We’ve talked about the shift of locations-based services moving into the local recommendations business, which looks like a smart use of location data. WHERE is taking the next step in the recommendations game by integrating its service with Facebook and Bump, helping its 4 million users get and share suggestions more easily.
The latest updates, which are in the newest versions of WHERE’s iOS and Android apps, build upon the service’s existing recommendation engine which debuted in December. That engine took explicit cues from users on their tastes and favorite places and offered “best bets” suggestions for where users should go. Now with Facebook integration, a user will be able to sign into WHERE using Facebook Connect and will be able to find other Facebook friends who use WHERE. By tapping on a friend’s profile page, a user can get a list of recommended places to go — called Perfect Places — based on the tastes of the user and his friend. The Facebook integration is only for finding friends, so it doesn’t utilize any likes, Facebook Places data or profile information. Still, it’s helpful in connecting two people and enabling WHERE to see places they might want to go together.
The recommendations are built off places that a user has saved on WHERE or has listed as a place she’d like to go. It also incorporates places that have just been viewed though the WHERE app, which is good for users who don’t actively save locations. Dan Gilmartin, WHERE’s VP of marketing, said more than 20 percent of users save information. But by using implicit data about viewed sites, which aren’t weighted as much as explicitly saved locations, WHERE is still able to provide recommendations for users.What’s also nice is that WHERE can use a person’s taste graph to recommend places in a new city unfamiliar to two friends.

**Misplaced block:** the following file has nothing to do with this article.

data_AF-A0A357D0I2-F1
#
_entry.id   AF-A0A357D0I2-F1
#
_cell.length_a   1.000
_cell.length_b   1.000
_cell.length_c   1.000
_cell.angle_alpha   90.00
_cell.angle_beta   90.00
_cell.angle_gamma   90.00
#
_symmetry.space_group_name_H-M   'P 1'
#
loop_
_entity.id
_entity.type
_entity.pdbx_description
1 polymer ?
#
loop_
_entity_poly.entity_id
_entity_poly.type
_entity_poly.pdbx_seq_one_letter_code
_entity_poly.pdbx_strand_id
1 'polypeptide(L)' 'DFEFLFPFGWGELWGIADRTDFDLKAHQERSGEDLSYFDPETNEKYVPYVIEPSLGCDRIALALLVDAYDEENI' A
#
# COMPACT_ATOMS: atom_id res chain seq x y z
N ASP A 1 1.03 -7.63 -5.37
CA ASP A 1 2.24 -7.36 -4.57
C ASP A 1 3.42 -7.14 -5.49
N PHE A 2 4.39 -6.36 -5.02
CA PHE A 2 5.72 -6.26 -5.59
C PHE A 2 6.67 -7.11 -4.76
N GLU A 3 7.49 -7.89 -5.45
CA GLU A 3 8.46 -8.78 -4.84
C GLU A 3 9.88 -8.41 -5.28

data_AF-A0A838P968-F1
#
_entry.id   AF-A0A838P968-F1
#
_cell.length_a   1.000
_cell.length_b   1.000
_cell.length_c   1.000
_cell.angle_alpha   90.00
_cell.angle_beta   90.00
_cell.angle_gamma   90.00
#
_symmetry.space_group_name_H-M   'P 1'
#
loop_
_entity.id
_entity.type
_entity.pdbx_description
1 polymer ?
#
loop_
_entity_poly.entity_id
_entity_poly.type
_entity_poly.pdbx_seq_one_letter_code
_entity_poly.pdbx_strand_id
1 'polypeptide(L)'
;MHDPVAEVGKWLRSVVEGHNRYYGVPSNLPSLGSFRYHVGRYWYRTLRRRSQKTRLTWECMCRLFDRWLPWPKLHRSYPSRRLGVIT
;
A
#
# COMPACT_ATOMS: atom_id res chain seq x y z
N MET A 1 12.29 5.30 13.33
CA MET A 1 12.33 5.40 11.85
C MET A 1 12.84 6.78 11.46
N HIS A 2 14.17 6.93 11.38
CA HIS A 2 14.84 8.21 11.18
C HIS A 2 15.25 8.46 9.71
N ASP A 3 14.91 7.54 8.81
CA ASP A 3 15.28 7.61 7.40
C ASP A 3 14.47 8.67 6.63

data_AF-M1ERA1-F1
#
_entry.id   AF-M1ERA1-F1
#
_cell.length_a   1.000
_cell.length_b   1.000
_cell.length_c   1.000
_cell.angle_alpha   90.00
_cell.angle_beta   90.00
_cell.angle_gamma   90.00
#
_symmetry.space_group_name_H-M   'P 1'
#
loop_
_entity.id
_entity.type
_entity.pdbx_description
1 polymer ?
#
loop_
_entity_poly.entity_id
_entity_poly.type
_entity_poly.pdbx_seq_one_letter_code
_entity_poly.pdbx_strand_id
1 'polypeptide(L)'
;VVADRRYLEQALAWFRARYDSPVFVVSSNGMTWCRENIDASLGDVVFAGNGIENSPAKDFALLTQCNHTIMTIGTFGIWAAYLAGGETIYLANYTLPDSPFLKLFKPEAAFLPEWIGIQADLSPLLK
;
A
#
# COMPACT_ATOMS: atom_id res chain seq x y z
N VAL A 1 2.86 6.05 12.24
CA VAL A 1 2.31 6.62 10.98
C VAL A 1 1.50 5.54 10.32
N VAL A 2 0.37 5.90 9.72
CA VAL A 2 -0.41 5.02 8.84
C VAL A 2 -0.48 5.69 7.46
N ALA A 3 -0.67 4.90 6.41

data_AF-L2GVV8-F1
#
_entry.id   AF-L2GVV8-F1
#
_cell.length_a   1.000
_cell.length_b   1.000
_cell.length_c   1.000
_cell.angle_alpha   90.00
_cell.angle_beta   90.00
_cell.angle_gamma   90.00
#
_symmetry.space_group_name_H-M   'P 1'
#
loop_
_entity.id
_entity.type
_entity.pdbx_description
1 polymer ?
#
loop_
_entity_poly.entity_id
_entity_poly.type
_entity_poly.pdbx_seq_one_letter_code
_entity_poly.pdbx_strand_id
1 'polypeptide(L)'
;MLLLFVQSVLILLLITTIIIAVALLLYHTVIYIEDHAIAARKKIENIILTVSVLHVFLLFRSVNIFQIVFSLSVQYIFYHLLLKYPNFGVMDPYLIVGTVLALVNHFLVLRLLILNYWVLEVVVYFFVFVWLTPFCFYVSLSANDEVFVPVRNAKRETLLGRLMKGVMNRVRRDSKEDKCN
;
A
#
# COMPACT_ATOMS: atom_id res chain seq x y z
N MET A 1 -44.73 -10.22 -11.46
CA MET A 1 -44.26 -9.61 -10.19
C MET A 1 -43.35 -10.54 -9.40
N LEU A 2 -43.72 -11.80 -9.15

Gilmartin said the opportunity now is in tackling the problem of where people should go instead of location services that are focused more on checking people in when they arrive. ”People get together on Friday nights, and co-workers go out for lunch, but the question is: Where do you want to go?” said Gilmartin. “That can be really time-consuming, but [with] this social release [of WHERE], we really eliminate the pain point there.”
WHERE is also integrating the Bump API to allow two WHERE users to bump their phones together and get recommendations. Sharing through Bump can happen between users who aren’t friends. It’s a simple mechanic, but it also connects more users to WHERE’s recommendation engine. That’s where the power of local recommendation services come from: in user data. It’s why the Facebook and Bump updates are useful, because it helps WHERE better understand its users and what they might like by making the process more social. The recommendation business is still young, but WHERE is proving it’s taking this very seriously. It would be nice if it got more data from competing location services, but it seems to rightly understand the value and power of delivering good places suggestions.
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